Saturday, January 21, 2012

Pulpit Politics and Parson Brownlow – Yancey and the Parson

From Parson Brownlow’s New York Speech.

But a few weeks prior to the Presidential election, they announced in their papers that the great bull of the whole disunion flock was to speak in Nashville – a man the two first letters of his name are W. L. Yancey – a fellow that the Governor of South Carolina pardoned out of the State prison for murdering his uncle, Dr. Earl.  He was announced to speak, and the crowd was two to one Union men.  I had never spoken to him in my life.  He called out in an insolent manner, “Is Parson Brownlow in this crowd?”  The disunionists hallowed out “Yes, he is here,”  “I hope,” said he, “the Parson will have nerve to come upon the stand and have me catechize him.”  “No.” – But the crowd hallowed to Yancey, “Brownlow is here, but he has not the nerve enough to mount the stand where you are.”  I rose and marched up the steps and said, “I will show you whether I have the nerve or not.”  “Sir,” said he – and he is a beautiful speaker, and personally a very fine looking man – “are you the celebrated Parson Brownlow?”  “I am the only man on earth,” I replied, “that fills the bin!”  (Laughter.)  “Don’t you think,” said Yancey, “you are badly employed as a preacher, a man of your cloth to be dabbling in politics, and meddling with State affairs?”  “No, sir,” said I, “a distinguished member of the party you are acting with once took Jesus Christ up upon a mount – (uproarious laughter) – and said to the Savior, “Look at the kingdoms of the world.  All this will I give thee if thou will fall down and worship me.”  “Now, Sir,” I said, “His reply to the devil is my reply to you, ‘Get thee behind me Satan.’”  (Renewed laughter and applause)  I rather expected to be knocked down by him, but I stood with my side to him, and a cocked Derringer in my breeches pocket.  I intended if I went off the scaffold that he should go the other way.  (Cheers)  “Now, sir,” I said,” “if you are through, I would like to make a few remarks.”  “Certainly, proceed,” said Yancey.  “Well, sir, you should tread lightly upon the toes of preachers, and you should get these disunionists to post you up before you launch out in this way against preachers.  Are you aware, sir, that this old grey-headed man sitting here, Isaac Lewis, the President of the meeting, who has welcomed you, is an old disunion Methodist preacher, and Buchanan’s pension agent here, who has been meddling with politics all his life time?”  “Sir,” said I, “are you aware that this man, James P. Thomas, on my left is a Breckinridge elector for this Congressional District?  He was turned out of the Methodist ministry for whipping his wife and slandering his neighbors.”  “Sir,” said I, “are you aware that this young man sitting in front of us, Colonel Loudon C. Haynes, the elector of the Breckinridge ticket for the State of Tennessee at large, was expelled from the ministry for lying and cheating his neighbors in a measure of corn?”  “Now,” said I, “for God’s sake, say nothing more about preachers until you know what sort of preachers are in your own ranks.”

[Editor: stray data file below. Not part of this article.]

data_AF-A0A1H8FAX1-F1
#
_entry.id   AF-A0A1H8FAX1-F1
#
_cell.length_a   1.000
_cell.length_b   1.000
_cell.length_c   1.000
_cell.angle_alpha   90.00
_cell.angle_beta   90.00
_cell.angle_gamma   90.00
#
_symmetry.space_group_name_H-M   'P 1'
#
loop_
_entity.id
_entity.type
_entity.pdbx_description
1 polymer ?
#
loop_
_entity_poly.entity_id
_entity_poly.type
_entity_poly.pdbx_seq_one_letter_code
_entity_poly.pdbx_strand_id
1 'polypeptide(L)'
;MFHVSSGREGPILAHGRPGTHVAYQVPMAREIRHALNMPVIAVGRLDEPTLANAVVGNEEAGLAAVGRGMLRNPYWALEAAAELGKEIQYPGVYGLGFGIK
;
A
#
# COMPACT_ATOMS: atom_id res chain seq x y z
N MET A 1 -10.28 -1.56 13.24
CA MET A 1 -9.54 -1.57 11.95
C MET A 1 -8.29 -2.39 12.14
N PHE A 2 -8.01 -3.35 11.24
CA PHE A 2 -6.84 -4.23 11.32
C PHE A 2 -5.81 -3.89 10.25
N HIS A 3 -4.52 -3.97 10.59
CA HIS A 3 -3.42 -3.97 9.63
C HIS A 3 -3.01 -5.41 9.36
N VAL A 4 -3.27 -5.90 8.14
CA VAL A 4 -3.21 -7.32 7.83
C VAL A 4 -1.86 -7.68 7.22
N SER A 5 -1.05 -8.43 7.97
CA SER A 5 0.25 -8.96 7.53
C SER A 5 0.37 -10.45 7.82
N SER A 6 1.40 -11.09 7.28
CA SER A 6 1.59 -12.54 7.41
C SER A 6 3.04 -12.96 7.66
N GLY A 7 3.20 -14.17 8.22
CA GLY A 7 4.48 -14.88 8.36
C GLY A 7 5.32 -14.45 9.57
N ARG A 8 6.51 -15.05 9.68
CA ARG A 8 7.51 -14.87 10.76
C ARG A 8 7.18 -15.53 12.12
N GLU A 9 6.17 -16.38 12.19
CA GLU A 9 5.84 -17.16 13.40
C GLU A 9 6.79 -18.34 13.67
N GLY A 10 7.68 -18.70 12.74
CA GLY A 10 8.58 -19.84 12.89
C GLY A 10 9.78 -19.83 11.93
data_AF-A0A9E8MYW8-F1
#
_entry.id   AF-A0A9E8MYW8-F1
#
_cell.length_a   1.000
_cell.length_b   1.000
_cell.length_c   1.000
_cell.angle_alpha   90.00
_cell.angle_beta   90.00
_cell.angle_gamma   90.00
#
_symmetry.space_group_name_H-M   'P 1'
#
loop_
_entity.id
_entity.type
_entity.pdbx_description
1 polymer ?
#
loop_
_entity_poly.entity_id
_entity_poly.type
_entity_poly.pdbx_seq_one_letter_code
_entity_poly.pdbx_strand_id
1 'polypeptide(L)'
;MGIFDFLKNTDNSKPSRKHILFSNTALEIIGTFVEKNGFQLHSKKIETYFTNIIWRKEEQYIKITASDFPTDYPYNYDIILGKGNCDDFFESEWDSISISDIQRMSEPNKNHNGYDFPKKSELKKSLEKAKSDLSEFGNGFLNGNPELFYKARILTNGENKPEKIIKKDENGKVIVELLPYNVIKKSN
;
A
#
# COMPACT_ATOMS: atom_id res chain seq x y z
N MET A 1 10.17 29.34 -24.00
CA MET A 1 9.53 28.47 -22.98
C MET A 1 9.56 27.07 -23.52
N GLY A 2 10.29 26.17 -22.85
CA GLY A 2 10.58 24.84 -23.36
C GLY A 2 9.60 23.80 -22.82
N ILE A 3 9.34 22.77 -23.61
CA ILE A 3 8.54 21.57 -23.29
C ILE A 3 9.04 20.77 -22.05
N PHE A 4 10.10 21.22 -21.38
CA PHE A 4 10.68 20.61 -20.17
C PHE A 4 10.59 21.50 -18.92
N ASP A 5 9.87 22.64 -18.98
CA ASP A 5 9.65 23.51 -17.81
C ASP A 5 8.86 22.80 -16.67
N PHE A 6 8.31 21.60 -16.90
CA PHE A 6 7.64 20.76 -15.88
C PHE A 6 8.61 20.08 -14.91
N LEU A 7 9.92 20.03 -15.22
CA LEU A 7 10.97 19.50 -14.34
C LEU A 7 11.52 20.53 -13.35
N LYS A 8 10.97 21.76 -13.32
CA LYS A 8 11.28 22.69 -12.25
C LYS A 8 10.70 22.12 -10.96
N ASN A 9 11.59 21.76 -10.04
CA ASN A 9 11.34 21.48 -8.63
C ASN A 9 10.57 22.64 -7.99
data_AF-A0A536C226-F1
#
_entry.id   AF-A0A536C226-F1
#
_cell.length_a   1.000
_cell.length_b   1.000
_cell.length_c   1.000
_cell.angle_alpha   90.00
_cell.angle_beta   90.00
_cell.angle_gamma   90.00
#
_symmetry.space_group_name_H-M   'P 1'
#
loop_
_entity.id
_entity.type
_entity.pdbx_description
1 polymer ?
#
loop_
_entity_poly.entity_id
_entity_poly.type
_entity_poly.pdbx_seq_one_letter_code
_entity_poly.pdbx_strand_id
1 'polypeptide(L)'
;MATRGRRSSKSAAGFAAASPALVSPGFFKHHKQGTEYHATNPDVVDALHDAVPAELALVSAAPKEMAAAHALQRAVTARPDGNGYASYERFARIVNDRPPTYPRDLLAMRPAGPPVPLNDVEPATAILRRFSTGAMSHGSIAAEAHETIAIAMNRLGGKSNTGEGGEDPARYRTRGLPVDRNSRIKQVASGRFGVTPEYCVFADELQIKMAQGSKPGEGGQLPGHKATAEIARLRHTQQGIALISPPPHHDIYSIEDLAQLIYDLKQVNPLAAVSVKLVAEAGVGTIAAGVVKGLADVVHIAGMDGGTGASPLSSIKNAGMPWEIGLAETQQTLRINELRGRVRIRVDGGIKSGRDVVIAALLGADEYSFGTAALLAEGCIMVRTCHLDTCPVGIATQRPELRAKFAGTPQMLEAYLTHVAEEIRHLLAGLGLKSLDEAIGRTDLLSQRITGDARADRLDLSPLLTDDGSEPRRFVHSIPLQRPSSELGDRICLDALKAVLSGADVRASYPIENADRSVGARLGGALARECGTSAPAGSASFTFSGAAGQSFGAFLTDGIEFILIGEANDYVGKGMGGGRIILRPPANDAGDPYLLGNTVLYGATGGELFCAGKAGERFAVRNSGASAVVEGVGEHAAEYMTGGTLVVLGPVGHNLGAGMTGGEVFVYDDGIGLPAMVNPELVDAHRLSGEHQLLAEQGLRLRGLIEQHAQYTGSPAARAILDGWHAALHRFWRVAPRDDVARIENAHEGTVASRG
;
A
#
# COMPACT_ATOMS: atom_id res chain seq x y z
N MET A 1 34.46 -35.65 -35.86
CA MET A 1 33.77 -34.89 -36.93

– Published in The Burlington Weekly Hawk-Eye, Burlington, Iowa, Saturday, May 31, 1862, p. 1

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